Carol Dweck: Two Mindsets Fixed Mindset • We are born good at some things and not good at others • Want to feel smart, fear failure Growth Mindset • Brain is a muscle that gets stronger with use • Going through the world wanting to learn
Billy Beane: Moneyball • Beane chose to sign with the New York Mets in 1980 with $125 000 signing bonus ($354 150 in todays dollars) instead of attending Stanford University. • The mets were enamored by his talent and thought he was the best all round player they had seen coming out of high school in a long time. • Unfortunately he didn’t have the Mindset necessary for success in high pressure sports. He had always been the best and couldn’t develop the growth mindset necessary for dealing with failure when he was surrounded by more experienced, although not as gifted athletes
How do we change our mindset? The simple answer is to learn the differences between the two! The voice in your head: subconsciously it controls us: but when you start to think about why success and ultimate happiness relies so heavily on the growth mindset you can train that voice to speak about perseverance, optimism, grit, and brain development instead of the desire to feel smart vs.fear of failure, likes vs. dislikes, strengths vs. weakness ect.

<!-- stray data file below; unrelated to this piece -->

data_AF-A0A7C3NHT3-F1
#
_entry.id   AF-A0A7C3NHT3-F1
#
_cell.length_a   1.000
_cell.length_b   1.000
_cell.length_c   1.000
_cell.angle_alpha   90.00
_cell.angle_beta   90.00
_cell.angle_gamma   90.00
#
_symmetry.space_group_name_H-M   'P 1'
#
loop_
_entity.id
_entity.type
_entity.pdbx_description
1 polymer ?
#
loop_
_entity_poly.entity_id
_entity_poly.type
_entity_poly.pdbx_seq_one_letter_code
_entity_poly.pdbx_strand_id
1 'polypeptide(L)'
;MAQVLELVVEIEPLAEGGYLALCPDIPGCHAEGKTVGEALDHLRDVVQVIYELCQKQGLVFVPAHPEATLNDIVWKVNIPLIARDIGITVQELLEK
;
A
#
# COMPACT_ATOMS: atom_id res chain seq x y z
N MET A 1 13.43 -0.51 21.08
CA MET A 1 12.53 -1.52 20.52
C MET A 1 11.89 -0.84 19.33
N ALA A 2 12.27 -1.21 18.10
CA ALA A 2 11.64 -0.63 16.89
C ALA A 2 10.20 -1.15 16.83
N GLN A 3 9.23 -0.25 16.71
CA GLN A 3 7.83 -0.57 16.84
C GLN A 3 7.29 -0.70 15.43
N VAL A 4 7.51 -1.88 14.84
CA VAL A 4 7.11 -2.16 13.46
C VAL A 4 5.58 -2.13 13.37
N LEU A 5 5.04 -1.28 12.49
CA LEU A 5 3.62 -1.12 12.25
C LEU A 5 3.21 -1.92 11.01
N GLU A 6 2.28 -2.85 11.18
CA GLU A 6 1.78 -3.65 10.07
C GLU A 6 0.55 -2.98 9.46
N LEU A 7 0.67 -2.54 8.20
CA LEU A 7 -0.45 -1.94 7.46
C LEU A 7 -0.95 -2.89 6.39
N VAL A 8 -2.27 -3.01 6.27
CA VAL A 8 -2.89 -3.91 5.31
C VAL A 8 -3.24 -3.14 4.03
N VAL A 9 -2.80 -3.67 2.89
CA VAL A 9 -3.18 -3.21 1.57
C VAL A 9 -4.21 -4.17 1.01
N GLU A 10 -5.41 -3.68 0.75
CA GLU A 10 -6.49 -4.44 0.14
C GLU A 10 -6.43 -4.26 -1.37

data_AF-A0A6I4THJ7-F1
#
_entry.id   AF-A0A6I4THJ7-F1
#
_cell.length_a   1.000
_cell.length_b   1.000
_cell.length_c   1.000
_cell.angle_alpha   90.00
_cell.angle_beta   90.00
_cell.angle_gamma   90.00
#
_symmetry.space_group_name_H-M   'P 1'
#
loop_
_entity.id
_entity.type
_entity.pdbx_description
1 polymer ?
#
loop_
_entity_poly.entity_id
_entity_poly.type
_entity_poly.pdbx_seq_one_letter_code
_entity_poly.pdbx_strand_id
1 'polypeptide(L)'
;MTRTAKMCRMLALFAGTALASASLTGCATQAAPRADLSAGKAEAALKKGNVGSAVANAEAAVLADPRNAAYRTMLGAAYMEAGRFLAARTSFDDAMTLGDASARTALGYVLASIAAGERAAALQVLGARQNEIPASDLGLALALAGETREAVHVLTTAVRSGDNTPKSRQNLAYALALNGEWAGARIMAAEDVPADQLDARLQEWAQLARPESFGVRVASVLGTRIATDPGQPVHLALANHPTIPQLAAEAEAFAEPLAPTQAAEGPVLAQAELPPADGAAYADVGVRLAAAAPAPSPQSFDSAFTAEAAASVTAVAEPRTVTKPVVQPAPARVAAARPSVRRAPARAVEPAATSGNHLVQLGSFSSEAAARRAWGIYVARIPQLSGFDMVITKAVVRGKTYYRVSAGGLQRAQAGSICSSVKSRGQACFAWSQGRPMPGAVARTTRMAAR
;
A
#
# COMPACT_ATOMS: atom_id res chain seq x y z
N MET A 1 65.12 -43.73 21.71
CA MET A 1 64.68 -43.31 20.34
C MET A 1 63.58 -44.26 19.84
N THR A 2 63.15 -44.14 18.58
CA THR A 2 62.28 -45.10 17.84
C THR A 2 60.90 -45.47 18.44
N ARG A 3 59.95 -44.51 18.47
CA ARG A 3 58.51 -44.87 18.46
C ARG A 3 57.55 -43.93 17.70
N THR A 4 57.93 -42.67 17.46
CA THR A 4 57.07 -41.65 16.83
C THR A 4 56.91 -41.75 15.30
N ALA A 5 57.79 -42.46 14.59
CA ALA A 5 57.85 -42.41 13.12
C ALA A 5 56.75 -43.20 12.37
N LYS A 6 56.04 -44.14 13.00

Brain development: Neural Plasticity Neuroplasticity occurs inside us everyday as we encounter new experiences. Below you’ll see several photographs of neural circuity in the brain. From the left the pictures show us the neural circuity of a newborn, then a 3 month old, 15 month old, and 2 year old. As the child ages, their brain’s wiring becomes increasingly more complex and interconnected. Neuroplasticity is what allows us to take our experiences, then learn from them and form new memories. Huge changes are occurring in the brain during these early stages of cognitive development, but the truth is that our neural networks continue to build on each other until the day we die.